Writer Tech: Epitaph goes to New York

Some novelists start with an outline. For them, a book is like a sculpture that will be modeled in clay. In the beginning, there’s just a wire armature. They add and add and add until the story is complete and rounded. For others — and I am among them — a novel starts out like a block of marble. We chip away at a mass of material until the story emerges. Then we smooth it out, bit by bit.

On July 26, 2013, I finished the first complete draft of Epitaph. I know this because I have a Post-It on my computer screen with the date and “197,888 words, 520 pp.” I spent eight months editing it down before submitting the manuscript to the publisher and I’ve continued to cut while waiting for my editor’s comments.

The latest Post-It says, “170,253 words, 480 pp.” This draft of Epitaph would be fifty pages longer than the published version of Doc and that’s okay. It’s a bigger story and covers a long stretch of time. Even so, if the editor or I find anything else that is either unnecessary or unlovely, I’ll happily remove even more material.

In the meantime, Epitaph has entered the production process at Ecco (Harper/Collins) in New York.

I’ve received the art department’s first attempts at a cover. (To me, this is the most fraught aspect of production. It feels as important and personal as choosing a wedding dress, but I am trying very hard not to be a Bridezilla.) We currently have one version of one idea for a cover that I could live with but which isn’t killer. I’m hoping that the next batch of sketches includes something that makes me as happy as the cover of Doc.

Yesterday, I submitted my answers to the author questionnaire for marketing and publicity. I’m a little hazy about the difference between marketing and publicity, but the questions are separated that way.

Marketing wants to know, Do you belong to a club like Sam’s or Costco? What’s your online presence? How many followers on Twitter? How many Likes on Facebook? Who should we send review copies to? Who might blurb this book? What are your demographics? Do you mention any brand name products in your book? What cross-promotional opportunities are there?

Publicity, on the other hand, asks about previous experience with news media, TV and radio shows. They need author photos; a 250-word autobiography for the back flap; a 500-word essay about how and why I wrote the novel; a 250-word summary of the story. What specialty magazines or journals might review the book? Do I have friends or contacts in the media?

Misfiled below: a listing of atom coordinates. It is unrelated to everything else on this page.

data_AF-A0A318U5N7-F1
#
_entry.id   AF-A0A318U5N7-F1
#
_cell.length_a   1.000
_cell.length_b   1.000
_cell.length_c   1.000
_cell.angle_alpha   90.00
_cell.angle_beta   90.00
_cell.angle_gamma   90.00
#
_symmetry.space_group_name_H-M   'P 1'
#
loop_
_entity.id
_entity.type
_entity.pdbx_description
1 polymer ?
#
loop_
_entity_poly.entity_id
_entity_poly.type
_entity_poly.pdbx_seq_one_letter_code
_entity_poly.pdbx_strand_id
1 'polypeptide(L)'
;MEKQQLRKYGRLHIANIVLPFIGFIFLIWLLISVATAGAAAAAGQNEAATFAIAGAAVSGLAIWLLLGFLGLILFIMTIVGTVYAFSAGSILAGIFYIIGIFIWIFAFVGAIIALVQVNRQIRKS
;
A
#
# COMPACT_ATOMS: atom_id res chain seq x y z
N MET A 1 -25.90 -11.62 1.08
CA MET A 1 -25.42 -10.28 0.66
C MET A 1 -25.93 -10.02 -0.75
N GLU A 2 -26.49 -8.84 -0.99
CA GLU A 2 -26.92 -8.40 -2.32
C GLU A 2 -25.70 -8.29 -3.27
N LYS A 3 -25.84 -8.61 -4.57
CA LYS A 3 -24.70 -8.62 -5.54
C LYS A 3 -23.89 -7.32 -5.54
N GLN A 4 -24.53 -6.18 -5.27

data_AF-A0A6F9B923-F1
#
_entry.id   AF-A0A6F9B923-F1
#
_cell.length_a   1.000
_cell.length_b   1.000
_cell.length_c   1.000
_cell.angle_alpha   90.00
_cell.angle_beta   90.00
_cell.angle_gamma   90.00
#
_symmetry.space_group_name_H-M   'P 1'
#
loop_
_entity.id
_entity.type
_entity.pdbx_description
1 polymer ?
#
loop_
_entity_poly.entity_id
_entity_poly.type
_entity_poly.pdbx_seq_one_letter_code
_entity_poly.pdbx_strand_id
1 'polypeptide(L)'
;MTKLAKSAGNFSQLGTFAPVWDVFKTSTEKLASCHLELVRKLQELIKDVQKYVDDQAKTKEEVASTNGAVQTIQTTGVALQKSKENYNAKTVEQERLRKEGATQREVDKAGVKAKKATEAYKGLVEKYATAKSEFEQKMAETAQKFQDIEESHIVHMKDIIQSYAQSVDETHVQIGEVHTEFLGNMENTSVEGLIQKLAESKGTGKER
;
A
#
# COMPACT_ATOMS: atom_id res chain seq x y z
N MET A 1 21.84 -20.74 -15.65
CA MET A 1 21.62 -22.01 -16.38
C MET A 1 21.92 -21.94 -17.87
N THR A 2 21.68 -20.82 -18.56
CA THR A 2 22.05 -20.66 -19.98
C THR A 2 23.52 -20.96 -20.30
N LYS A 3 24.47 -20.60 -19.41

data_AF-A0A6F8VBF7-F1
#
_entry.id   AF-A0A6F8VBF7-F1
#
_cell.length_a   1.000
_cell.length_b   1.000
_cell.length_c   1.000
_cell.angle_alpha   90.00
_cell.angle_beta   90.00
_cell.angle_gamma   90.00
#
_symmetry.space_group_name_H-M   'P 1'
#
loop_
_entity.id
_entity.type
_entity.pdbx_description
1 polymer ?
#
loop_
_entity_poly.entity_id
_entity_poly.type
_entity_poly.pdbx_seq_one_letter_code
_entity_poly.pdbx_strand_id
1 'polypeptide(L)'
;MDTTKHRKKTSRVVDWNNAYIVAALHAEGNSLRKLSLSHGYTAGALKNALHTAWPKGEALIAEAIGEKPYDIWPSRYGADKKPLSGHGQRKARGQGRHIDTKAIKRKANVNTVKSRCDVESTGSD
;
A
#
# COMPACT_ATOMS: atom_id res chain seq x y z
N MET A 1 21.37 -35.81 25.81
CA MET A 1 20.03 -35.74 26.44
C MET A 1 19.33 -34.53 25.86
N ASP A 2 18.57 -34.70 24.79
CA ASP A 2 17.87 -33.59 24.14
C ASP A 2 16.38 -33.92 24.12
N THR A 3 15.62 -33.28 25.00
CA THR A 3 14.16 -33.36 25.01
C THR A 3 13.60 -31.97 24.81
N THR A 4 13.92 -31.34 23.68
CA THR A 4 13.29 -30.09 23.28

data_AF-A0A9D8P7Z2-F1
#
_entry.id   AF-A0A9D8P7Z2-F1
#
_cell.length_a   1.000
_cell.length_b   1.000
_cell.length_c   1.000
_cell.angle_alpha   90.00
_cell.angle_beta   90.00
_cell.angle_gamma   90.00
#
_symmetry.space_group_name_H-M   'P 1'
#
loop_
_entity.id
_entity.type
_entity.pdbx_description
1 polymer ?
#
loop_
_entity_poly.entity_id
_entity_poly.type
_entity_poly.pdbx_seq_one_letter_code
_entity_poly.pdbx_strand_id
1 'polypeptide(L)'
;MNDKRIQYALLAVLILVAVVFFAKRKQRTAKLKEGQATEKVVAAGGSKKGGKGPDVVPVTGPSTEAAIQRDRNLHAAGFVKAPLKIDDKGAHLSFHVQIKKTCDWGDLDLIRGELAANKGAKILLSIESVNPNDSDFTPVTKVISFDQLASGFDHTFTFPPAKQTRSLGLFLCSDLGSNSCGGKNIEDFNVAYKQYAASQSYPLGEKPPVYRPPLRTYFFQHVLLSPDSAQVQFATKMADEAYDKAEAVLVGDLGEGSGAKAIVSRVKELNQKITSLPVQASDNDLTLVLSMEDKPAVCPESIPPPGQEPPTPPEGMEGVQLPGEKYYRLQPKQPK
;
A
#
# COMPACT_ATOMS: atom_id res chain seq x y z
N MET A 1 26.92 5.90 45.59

There’s a part of me that would very much like to be an aloof artiste floating above all this self-promotional commercialism, but the fact is Poe, Dickens and Twain all hustled their work relentlessly. So who am I to complain? It’s part of the job, and the more fodder I can give marketing and publicity, the better for Epitaph.

 

 

 

 

11 thoughts on “Writer Tech: Epitaph goes to New York

  1. Mary, please add to your list of successfully promoted authors, J. K. Rowling. And I know your loyal followers wish you that kind of success.

    F.

  2. Hey, if you’re looking for someone to send a review copy to, I’m your girl 🙂 Seriously, MDR, this is very exciting. You must be feeling like the end is in sight!

  3. What??? No Pinterest? Reddit? Buzzfeed? Foursquare? Instagram? Ha! Social media, is, unfortunately, a reality, and, when not totally inane, has some limited value. Perhaps at some point people will get tired of all this faux socializing, but in the meantime, as you said, Mary, it’s part of the job. By the way, I follow no one on Twitter. I don’t want to be a follower!

    Re brand-name references. That’s funny! Let’s see…how about Doc chugging a Red Bull to get revved up for the gunfight? Or putting on his dentist garb and advising a patient to brush with Crest? Or popping a Ricola into his mouth to ease his tuberculosis? Plus, I assume Tombstone Frozen Pizza (available at Wal-Mart) was named in honor of the town, so that’s a natural.

    Or…perhaps you could combine (anti)social media with brand names. Hmmm…Doc tweets, “I shall sip an energizing #Red Bull before the #gunfight.” (yes, the hashtags are essential).

    Anyway, I look forward to reading Epitaph, even if sans product placements!

  4. Please consider pre-publication in edelweiss. Booksellers and “professional readers” can provide pre-pub feedback and start marketing for you the minute it hits the shelves.

  5. Mary,
    Love reading your updates about Epitaph. Doc is one of our “Holy Spirit book club in Avon Lake” favorites, so can’t wait to read Epitaph. I bring your latest comments to book club and read them to everyone and they love hearing from you. Also I will definitely subscribe to HBO when they finally air “DOC”.

  6. Good to know as I continue to whittle down my own 190,000+ page manuscript! As for social media, I had an agent turn my last book down because I didn’t have enough Twitter followers! She liked the writing, but needed to see more followers on Twitter and Facebook. Tis the way it is. I can’t wait to read Epitaph!!!

  7. Good to know as I continue to whittle down my own 190,000+ page manuscript! As for social media, I had an agent turn my last book down because I didn’t have enough Twitter followers! She liked the writing, but needed to see more followers on Twitter and Facebook. Tis the way it is. I can’t wait to read Epitaph!!!

  8. I love all your updates! And I just wanted to tell you to hold out for the best cover you can get! The cover on DOC is my favorite and I, too, hope that they will come up with one as fantastic as that one! 🙂

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